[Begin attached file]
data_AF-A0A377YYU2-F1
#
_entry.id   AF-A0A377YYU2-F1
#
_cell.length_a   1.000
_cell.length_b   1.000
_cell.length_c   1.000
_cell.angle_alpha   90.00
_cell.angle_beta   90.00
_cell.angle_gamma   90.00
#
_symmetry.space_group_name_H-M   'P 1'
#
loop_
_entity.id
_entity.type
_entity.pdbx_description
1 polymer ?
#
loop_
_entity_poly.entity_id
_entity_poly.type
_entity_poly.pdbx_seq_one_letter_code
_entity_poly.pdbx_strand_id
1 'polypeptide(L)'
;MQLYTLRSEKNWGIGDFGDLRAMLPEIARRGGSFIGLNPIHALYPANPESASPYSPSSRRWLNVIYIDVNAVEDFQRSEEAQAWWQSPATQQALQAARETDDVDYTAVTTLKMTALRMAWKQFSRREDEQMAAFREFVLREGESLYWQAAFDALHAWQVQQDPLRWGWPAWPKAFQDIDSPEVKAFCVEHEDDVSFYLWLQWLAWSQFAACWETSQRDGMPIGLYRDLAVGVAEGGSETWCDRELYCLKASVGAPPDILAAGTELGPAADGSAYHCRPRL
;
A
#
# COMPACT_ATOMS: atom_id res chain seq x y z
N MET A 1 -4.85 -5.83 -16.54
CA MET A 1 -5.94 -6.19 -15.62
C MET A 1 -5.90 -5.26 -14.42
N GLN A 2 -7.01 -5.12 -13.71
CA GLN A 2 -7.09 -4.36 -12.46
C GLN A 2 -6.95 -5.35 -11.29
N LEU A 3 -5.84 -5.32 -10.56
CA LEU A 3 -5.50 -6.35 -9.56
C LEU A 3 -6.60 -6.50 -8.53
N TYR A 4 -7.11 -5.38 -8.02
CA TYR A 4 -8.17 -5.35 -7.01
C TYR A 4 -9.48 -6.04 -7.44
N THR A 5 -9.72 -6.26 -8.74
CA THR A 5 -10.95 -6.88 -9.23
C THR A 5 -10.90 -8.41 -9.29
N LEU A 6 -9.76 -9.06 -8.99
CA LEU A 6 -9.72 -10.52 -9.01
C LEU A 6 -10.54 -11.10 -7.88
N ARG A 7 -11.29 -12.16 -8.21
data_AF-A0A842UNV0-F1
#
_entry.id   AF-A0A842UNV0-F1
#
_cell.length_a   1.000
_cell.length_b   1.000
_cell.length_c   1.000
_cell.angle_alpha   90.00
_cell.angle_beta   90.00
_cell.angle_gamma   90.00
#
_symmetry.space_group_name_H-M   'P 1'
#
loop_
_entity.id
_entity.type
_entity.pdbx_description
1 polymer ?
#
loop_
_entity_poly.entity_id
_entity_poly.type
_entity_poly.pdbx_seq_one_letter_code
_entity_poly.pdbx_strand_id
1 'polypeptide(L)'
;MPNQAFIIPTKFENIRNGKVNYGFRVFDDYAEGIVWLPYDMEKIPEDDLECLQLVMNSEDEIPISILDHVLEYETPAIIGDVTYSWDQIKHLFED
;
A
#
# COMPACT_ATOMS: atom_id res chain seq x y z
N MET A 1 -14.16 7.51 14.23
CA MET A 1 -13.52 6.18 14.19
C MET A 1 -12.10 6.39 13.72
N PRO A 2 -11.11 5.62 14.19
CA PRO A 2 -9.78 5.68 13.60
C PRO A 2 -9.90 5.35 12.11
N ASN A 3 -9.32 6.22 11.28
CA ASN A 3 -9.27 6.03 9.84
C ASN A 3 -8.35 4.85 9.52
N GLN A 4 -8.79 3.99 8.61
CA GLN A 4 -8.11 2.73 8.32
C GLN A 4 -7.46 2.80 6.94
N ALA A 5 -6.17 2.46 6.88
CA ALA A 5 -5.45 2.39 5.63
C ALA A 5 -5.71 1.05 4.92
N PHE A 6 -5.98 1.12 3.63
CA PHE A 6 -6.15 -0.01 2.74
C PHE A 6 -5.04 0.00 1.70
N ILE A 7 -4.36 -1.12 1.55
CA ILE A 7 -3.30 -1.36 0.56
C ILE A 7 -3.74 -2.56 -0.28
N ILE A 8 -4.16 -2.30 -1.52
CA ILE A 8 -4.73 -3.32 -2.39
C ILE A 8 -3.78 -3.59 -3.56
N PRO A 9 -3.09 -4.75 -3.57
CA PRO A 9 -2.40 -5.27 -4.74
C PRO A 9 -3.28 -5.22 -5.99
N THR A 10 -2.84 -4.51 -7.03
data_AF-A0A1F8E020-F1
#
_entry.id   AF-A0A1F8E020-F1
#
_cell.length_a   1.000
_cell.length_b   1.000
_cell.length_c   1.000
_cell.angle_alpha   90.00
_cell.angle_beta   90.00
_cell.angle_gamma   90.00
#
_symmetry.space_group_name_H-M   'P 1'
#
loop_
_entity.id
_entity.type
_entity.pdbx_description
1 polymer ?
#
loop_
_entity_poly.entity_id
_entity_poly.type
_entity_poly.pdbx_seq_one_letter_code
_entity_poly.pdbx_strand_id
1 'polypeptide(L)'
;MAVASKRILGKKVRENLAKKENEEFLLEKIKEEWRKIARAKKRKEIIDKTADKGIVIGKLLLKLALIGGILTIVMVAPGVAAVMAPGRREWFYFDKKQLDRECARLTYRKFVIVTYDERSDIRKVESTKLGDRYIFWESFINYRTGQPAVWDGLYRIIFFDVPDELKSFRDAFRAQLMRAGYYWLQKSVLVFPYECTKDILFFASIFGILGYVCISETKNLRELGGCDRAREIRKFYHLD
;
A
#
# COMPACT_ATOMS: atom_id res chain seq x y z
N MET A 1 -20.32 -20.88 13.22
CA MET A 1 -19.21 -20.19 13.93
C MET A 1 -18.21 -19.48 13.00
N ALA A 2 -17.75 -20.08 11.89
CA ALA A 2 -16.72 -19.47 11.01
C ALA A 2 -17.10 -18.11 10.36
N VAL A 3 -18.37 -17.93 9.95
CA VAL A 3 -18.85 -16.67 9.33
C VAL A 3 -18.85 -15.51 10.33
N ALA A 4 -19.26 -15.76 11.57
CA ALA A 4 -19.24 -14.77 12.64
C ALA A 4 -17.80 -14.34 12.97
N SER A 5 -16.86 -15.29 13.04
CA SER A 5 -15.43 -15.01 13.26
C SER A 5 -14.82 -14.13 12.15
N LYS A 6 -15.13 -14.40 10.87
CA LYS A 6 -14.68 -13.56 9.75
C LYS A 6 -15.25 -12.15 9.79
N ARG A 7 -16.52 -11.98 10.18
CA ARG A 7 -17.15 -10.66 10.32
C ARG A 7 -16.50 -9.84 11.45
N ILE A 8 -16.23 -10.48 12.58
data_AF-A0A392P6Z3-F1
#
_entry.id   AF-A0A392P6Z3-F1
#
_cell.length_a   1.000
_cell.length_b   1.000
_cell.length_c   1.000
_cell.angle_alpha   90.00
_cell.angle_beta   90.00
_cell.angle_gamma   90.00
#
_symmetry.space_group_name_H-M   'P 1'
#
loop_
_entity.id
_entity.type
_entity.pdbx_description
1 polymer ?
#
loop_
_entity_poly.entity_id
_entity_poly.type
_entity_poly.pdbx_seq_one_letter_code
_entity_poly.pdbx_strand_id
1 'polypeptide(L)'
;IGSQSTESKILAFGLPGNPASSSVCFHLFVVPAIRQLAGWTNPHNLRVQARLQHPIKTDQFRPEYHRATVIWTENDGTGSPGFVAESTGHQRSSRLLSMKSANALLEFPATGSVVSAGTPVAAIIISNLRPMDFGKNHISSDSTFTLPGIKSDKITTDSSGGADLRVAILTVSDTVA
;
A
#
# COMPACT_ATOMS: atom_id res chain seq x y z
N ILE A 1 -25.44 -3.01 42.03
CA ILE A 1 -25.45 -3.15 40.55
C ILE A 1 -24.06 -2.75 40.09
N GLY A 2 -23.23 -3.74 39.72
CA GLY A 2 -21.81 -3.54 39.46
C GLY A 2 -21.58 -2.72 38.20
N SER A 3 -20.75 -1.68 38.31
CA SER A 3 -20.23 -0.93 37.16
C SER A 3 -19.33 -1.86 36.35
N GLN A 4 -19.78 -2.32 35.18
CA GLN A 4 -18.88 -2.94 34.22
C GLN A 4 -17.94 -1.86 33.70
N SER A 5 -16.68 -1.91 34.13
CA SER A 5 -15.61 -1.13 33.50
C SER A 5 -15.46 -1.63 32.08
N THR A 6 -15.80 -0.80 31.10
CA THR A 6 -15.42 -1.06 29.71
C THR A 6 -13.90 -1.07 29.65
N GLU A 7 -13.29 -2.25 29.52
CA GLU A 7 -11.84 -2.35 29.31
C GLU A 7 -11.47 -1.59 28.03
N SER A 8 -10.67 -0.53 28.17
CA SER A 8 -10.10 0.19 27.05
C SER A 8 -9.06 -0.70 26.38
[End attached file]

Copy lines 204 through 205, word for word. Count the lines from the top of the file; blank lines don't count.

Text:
C SER A 5 -15.46 -1.63 32.08
N THR A 6 -15.80 -0.80 31.10